Inventors Gallery

From the Minds of African Americans

The individuals and achievements presented in this exhibit are not intended to represent the full scope of the contributions of African Americans, but rather a small sampling of objects and information about some very special individuals.  Much of the information available about African American inventors and their contributions to American life before 1910 comes to us through the efforts of two individuals, Charles H. Duell and Henry Edwin Baker. 


FromMinds250Charles Duell and Henry Baker were both employed by the United States Patent Office during the 1800s and early 1900s; Duell as Commissioner of Patents and Baker as the Second  Assistant Examiner.  Even though the U.S. Patent Office has never recorded race or ethnicity on patent applications, in January 1900 Duell began the task of collecting information on the number of patents secured by African Americans.  He corresponded with registered patent attorneys, manufacturing companies, and newspapers edited by African Americans, and from their responses recorded nearly 800 verified U.S. patents issued to African Americans.  Henry Baker published the results of this research in a pamphlet entitled The Colored Inventor – A Record of Fifty Years.  He also wrote an essay entitled “The Negro as an Inventor” for the book Twentieth Century Negro Literature or a Cyclopedia of Thought on the Vital Topics Relating to the American Negro.  Without the work of Duell and Baker, the achievements of these inventors and their contributions to American and the world would not be known.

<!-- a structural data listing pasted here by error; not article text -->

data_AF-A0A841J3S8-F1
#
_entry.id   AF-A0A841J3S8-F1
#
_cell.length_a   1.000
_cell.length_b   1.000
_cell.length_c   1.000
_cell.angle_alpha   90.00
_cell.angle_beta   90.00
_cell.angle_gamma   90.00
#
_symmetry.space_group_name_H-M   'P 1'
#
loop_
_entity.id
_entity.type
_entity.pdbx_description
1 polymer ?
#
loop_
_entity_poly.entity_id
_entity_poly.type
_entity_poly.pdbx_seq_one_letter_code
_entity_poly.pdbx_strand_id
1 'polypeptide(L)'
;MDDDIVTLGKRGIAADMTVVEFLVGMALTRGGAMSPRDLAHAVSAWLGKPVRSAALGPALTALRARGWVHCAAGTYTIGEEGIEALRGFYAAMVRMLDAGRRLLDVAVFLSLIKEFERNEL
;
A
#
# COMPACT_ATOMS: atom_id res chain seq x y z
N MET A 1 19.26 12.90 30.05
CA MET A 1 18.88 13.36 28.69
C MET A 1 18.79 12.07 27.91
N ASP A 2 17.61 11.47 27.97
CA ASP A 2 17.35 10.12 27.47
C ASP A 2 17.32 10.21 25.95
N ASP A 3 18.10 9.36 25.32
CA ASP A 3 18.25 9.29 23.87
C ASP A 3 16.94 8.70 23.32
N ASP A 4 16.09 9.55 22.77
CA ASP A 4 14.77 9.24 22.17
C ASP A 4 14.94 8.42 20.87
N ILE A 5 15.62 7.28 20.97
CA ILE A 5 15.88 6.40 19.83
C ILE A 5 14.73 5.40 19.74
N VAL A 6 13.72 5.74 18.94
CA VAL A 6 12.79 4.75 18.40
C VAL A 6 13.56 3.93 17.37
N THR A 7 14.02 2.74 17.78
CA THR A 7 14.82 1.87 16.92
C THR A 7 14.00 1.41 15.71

Take a virtual tour of the Tubman Museum!

 Samples from the Tubman Museum’s Inventors Gallery Collection:


Refrigeration Apparatus
Thomas Elkins
Patent # 221,222
November 4, 1879

John Stanard
Patent # 455,891
July 1

Neither Elkins or Stanard can be credited as the inventor of the refrigerator as we know it. However, Elkins’ 1879 design was an advance in the evolution of refrigeration devices, and Stanard’s 1891 design improvements made the invention more practical, and thus more useful.


Lunchbox (Dinner Pail)
John Robinson
Patent # 356,852
February 1, 1897

Robinson’s patented lunchbox design included a top compartment for food and a bottom compartment for liquids.


“Super Soaker”
(Double Tank Pinch Trigger Pump Water Gun)
Lonnie G. Johnson
Patent # 5,150,819
September 29, 1992

Johnson is a NASA trained astronaut, engineer and inventor with over forty patents. He is a legendary businessman and inventor in his hometown of Marietta, Georgia.